system, which was HP. Then the sources were periodically re-

Years and years ago, I participated in some after hours experiments
with wa7tzy where we built our own hot-cold source. This consisted
of using two different 50 Ohm resistances. One was at room
temperature of about 295 K while the other resistor was immersed in
liquid nitrogen at 77K. The available noise power from each was
then well defined. The complication came when we looked back at
the resistors with a network analyzer. Most resistors changed R
quite a bit when cooled to LN temperatures. But we found some that
were fairly stable. This work happened in the mid 1970s when we
were building an EME system for 432 MHz. As I recall we ended up
with about a 1.5 to 1.7 dB NF for our receiver. That is lousy by
today's standards, but it was pretty good for that time.

My own noise source is built for an ENR of about 22 dB. (ENR is
excess noise ratio.) This is more than you would want for most
applications, but I wanted the ability to measure the NF of switching
mode mixers with loss. An ENR of around 6 to 8 dB is a better
general purpose tool. You get this merely by picking the
attenuation of a pad that follows the noise source. That pad is
then kept in the noise source including the time when it is

There are some other schemes for noise measurement that can be found
in older issues of QST. In one, a suitable light bulb is turned on
to a controlled level. The bulb is chosen so that it will have an
internal resistance of 50 Ohms when it is on. The color temperature
is measured with optical methods that can perhaps be implemented with
some physics labs. Some study will be required to dig out the
details. Anyway, if you know the color, you know the temperature,
and you then know the available noise power.

In the past when I didn't have a calibrated source available, I used
a couple of schemes to "fake it." These are not recommended
measurement methods, but they are better than nothing at all. In
one case, I had noticed that a dual gate MOSFET that was set up for
as a high gain amplifier would come in with a NF around 1 dB. The
gate 1 would be driven with about a 3K impedance at the measurement
frequency, realized with an L-network. So I just built such an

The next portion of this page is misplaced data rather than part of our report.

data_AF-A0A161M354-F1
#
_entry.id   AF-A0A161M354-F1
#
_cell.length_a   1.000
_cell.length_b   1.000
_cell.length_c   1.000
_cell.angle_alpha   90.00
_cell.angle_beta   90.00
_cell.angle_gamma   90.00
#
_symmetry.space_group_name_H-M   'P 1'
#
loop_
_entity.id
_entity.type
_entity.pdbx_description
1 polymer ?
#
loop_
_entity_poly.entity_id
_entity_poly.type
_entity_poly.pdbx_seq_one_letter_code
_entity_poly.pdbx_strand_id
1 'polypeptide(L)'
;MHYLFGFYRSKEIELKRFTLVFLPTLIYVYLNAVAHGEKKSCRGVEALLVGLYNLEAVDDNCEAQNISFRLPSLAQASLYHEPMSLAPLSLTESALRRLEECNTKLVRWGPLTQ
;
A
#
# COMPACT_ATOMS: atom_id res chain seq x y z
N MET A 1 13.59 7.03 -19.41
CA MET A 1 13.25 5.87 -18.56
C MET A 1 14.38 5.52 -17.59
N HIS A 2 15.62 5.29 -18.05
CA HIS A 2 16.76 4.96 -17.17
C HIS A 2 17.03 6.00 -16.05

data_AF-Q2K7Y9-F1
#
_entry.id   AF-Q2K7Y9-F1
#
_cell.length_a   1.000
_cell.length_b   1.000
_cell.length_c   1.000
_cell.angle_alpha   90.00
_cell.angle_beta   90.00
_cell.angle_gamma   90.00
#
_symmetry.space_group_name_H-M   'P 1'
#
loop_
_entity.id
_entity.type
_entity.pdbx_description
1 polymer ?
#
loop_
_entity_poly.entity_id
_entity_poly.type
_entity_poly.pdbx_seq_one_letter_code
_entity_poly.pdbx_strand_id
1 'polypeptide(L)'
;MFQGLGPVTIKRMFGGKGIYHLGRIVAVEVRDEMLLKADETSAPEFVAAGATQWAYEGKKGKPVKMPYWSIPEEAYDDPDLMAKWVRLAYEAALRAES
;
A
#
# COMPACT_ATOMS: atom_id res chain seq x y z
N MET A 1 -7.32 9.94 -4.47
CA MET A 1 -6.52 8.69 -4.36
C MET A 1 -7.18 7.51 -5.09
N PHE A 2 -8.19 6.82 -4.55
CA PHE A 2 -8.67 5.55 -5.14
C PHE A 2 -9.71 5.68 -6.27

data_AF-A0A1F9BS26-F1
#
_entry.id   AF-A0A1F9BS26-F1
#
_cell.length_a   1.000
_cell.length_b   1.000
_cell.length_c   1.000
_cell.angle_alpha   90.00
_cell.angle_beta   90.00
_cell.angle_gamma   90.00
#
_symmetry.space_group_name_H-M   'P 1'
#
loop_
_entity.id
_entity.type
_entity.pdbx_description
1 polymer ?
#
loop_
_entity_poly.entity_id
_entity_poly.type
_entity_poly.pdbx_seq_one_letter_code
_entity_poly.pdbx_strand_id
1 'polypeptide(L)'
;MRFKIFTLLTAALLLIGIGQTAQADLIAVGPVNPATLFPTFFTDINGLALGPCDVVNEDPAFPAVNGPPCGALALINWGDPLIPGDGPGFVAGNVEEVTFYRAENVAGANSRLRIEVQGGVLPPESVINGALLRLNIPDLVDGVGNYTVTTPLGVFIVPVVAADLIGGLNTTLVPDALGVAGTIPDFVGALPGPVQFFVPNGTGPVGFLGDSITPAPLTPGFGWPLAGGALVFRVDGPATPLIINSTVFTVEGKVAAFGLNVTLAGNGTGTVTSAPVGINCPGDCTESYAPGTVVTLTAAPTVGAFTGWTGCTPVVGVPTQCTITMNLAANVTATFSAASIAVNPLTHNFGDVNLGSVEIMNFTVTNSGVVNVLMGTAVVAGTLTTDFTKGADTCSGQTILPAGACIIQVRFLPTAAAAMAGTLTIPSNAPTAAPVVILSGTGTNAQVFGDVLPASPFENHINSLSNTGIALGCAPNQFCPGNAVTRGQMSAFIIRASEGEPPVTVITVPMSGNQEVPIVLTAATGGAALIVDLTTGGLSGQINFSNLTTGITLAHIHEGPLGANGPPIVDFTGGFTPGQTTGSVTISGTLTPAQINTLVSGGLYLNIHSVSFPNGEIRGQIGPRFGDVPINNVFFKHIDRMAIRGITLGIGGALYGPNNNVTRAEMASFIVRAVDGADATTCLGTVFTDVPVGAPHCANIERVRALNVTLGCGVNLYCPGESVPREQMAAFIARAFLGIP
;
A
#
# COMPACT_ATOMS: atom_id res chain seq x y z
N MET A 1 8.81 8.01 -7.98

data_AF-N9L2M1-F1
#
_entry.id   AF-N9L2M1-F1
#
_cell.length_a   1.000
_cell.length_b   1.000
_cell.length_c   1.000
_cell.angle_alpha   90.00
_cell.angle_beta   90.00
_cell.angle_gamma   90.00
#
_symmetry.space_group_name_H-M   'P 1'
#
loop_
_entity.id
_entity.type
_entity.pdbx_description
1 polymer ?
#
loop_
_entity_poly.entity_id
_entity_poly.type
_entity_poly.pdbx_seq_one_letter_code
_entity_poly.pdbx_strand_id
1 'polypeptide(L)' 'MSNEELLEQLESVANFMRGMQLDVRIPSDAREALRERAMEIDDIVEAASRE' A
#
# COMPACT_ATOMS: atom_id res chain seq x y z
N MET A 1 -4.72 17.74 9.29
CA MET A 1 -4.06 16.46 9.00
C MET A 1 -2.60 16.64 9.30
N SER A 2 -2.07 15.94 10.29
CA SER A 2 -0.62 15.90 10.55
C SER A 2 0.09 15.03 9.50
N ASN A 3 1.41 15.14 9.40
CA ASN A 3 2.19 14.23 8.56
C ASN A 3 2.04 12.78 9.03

amplifier, measured it with a homebrew noise source of unknown ENR.
I would then assume NF of 1 dB and calculate ENR to match.

In another case I would carefully measure the noise bandwidth of a
receiver. This requires good frequency readout resolution. Once
this is known, you measure the sensitivity of the receiver with a
good signal generator. In that era, I used a homebrew crystal
controlled source with a step attenuator. The homebrew crystal
oscillator had been calibrated against the best signal generator I
could find around Tektronix at the time, which was (you guessed it)
an HP-8640B. My source was in SSD and is in Fig 7.31 of EMRFD. The
original appearance was July 1975 QST.

Do not look at a receiver "spec" that says you are using a 2100 Hz
crystal filter and assume that to be the receiver bandwidth. Audio
peaking can alter things a lot. You really do have to measure the
noise bandwidth. The details of this calculation are
1801 2008-07-11 16:17:18 Glen Leinweber Re: Noise Figure Measurement without a Spectrum Analyzer
I'd heartily endorse going through the Agilent application notes on
measuring noise: AN-57-1 is absolutely superb. Others in this
series are too.
Support for older appnotes like these seems to be dropping away -
Agilent used to mail free hard copies.
Archives of some classic old appnotes (like AN 57-1) are available:

With steep-sided filters, effective noise bandwidth is often estimated
as the -3dB points for flat-topped filters. The EMRFD measurement
receiver (Fig. 7.60) has a gaussian-topped filter, about 250 Hz. wide.
Any idea how the gaussian top affects noise bandwidth?
With such a small bandwidth crystal filter, the log amp output may
need a longer time constant low-pass filter to smooth out variations
in noise measurements.
From the AD8307 data sheet, I see that noise measurements vs.
sine measurements may be in error by +0.5 dB. I think all these log
detectors (spectrum analysers too) make similar errors. So calibrating
noise system gain with a RF signal source requires correction when
switching to noise.

As bandpass filter bandwidth gets narrower, I'd guess that noise
crest-factor reduces toward that of a sine wave. For wideband noise